Concerts on the Square features local soloists, including Kitt and Alli Foss, Jerry Loughney, violin, and Young Artist winner, pianist Liam Mayo. Masterworks opens with Ilya Kaler performing the Tchaikovsky violin concerto. Our season concludes with a commissioned work, Double Rainbow – Concerto for Two Pianos, by Tom Cabaniss performed by Michael Shinn and Jessica Chow Shinn. The Holiday Pops features the Isthmus Brass Ensemble. The WCO’s Side by Side with the WYSO honors retiring WYSO music director, James Smith. There are two runouts in September to Henry Vilas Zoo and to open the new Monroe Performing Arts Center.
The WCO begins Super Strings, a youth education program at the Lussier Community Education Center during the summer. Concerts on the Square highlights: soprano, Sarah Lawrence, Robert Bonfiglio, harmonica returns with an Elvis Tribute, Jeans ‘n Classics perform the music of Earth, Wind and Fire and Michael Jackson to a capacity crowd, and new principal flute Brandon LePage appears as soloist. The season includes a June runout of Concerts on the Square at University Ridge Golf Course for the Steve Stricker American Family Insurance Championship. 25th anniversary celebration of Concerts on the Square runout to Pauquette Park in Portage. Masterworks welcomes the debut of Giora Schmidt, violin and Alexandre Dossin, piano who performs MacDowell’s rarely heard Piano Concerto No. 2.
The summer features American baritone, Jubilant Sykes, 11-year old cello prodigy Miriam K. Smith, and a record-breaking crowd of 60,000 for Don’t Stop Believin’ – the music of Journey and Queen.
The WCO records Double Rainbow, the commissioned work from 2017 with Michael and Jessica Shinn. The WCO embarks on a series of chamber music programs throughout the year performing in Sun Prairie, Monroe, Mount Horeb, and Mineral Point and debut a new Family Series, Beethoven Lives Next Door. CEO Mark Cantrell departs for a position with the Florida Orchestra in Tampa. Board Chair, Alan Fish steps in as interim Executive Director and a search is underway.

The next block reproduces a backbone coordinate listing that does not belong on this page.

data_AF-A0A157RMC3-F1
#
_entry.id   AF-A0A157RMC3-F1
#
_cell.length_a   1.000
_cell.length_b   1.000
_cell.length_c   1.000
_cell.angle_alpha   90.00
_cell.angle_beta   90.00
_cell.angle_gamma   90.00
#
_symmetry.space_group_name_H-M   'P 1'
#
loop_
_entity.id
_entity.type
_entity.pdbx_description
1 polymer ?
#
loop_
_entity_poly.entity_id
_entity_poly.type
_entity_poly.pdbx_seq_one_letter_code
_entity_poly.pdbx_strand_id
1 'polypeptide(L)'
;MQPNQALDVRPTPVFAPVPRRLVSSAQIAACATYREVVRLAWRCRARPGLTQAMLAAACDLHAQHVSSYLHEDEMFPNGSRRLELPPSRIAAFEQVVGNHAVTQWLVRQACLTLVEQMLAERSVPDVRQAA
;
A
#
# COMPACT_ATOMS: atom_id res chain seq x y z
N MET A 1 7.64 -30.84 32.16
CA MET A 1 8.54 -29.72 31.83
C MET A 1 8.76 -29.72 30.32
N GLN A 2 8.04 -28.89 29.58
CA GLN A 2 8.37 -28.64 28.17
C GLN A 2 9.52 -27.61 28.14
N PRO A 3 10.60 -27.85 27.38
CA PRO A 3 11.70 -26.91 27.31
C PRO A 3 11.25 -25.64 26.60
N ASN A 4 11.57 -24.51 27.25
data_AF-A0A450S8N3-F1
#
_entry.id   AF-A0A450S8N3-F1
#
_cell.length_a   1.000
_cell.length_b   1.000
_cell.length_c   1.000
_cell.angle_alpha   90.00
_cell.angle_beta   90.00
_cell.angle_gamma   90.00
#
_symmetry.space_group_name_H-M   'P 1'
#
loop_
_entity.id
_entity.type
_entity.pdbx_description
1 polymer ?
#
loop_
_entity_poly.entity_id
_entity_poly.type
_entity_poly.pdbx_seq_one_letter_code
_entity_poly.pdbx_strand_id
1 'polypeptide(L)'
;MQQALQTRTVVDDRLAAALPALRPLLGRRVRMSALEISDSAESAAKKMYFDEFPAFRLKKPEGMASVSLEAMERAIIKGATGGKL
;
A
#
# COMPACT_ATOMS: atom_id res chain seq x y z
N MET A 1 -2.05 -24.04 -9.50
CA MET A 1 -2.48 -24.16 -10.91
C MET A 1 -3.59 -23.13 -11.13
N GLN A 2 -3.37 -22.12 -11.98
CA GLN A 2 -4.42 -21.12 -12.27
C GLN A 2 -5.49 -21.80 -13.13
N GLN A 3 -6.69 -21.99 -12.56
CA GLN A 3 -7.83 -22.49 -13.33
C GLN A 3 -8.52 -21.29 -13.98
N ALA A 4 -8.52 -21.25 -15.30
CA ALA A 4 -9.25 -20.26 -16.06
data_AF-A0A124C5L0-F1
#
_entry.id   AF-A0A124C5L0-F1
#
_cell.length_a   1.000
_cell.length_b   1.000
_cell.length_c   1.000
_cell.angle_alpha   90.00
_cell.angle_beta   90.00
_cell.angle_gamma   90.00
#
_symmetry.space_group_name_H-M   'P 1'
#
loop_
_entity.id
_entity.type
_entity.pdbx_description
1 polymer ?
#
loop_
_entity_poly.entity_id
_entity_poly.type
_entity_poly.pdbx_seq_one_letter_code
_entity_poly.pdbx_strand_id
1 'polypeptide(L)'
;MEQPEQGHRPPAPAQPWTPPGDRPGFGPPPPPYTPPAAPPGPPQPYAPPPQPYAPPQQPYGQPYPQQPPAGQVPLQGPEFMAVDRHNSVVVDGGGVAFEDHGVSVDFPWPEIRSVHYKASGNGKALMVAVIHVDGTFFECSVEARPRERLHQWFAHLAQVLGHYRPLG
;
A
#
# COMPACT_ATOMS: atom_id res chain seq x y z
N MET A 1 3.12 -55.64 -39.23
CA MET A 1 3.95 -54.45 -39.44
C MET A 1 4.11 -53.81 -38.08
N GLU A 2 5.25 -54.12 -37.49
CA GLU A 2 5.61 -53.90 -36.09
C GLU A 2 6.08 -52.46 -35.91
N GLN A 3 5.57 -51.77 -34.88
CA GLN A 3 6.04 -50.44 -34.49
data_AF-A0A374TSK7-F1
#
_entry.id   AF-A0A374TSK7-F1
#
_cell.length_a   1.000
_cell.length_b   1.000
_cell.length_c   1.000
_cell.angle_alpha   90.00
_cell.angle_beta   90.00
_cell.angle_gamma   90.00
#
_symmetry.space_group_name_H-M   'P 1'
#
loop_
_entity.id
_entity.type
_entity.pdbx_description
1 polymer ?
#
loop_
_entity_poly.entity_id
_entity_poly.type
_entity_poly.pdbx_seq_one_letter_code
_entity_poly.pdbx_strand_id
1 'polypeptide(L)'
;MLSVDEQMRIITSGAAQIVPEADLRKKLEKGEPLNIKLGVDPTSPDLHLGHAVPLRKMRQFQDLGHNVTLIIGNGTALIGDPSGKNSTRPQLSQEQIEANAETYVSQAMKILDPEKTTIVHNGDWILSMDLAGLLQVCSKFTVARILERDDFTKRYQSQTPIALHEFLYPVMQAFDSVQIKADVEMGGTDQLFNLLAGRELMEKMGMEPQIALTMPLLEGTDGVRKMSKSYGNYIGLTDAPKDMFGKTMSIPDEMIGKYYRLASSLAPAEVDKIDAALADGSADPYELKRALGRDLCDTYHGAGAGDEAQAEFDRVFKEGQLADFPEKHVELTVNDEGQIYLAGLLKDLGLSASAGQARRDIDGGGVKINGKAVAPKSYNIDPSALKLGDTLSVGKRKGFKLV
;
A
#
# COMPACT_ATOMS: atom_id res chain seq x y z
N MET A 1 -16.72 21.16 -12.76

The summer opens with Young Artist Competition winner, pianist Sakurako Eriksen, performing Prokofiev. Guest artists include virtuoso accordionist Sergei Belkin, concertmaster Suzanne Beia, a Beatles Abbey Road Tribute, and a season finale of Stravinsky’s Firebird Suite and Rachmaninov Paganini Variations with Ilya Yakushev. Joe Loehnis joins the WCO as the new CEO on September 1. The fall season includes a 20th Anniversary Gala at the State Capital honoring Maestro Sewell and celebrating the 60th anniversary of the Wisconsin Chamber Orchestra. A special Winter Celebration concert is given at the new UW Hamel Music Center of the Mead Witter School of Music with violinist, Rachel Barton Pine.
The Masterworks season opens in January with Donald Fraser’s 2018 Sinfonietta and pianist, Orion Weiss playing Mozart. Violin virtuoso Giora Schmidt returns for Kabalevsky on February 24. When COVID-19 strikes in March, all remaining concerts are postponed to future seasons. The WCO becomes one of the only orchestras in the country to perform live as a full ensemble by putting on two social distanced Concerts on the Square performances at Breese Stevens Field. Both concerts were streamed online for free. One concert features the incomparable Tracy Silverman and the other welcomes perennial collaborators Jeans n’ Classics playing hits of the 60s, 70s, and 80s. Throughout the year, the WCO launches a new brand and look for the orchestra.
Still unable to perform live indoor concerts due to the pandemic, the WCO creates the Winter Chamber Series. These online pre-recorded concerts present shorter programs of often lesser-known works, intercut with interviews of WCO musicians. Concerts on the Square remains at Breese Stevens Field for five concerts, but with a large in-person crowd at table, in blanket pods, and in the stands as well as an audience online. Highlights this season include a collaboration with local legend Leotha Stanley, up-and-coming bassist Xavier Foley, young piano phenom Maxim Lando, and a show-stopping celebration of disco with Jeans ‘n Classics.
On January 28, 2022, the WCO's Masterworks series returned to the Capitol Theater after a nearly two-year hiatus. Performances for the shortened 2022 indoor season include Beethoven's Triple Concerto, a last-minute change in harp soloist to Bridget Kibbey after Yolanda Kondonassis falls and breaks her wrist, and performances by Eric Silberger and John O'Conor.
In March, the WCO announced a long-awaited return to the Capitol Square for the 2022 Concerts on the Square season.